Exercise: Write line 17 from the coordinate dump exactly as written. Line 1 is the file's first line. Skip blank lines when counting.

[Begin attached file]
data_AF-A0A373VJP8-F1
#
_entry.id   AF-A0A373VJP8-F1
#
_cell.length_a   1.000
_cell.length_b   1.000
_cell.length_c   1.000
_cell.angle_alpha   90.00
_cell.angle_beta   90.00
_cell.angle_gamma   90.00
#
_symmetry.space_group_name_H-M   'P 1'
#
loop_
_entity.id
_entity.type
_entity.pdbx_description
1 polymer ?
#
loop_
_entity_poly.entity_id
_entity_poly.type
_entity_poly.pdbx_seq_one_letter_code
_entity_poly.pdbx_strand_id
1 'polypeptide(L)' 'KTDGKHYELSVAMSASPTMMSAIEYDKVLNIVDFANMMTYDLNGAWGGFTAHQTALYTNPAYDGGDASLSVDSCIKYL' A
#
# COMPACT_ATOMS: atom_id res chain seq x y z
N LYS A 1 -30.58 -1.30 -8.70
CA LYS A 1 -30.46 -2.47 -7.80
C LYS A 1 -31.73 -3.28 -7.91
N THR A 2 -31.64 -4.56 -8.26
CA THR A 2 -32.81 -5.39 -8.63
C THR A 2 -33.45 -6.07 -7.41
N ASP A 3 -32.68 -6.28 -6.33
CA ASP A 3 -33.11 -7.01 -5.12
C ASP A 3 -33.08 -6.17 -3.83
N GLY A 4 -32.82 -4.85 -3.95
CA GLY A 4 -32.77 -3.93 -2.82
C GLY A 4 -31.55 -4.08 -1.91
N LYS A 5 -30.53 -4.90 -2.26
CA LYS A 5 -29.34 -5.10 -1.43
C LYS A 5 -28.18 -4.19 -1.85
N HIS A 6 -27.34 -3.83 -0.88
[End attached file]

_entity.pdbx_description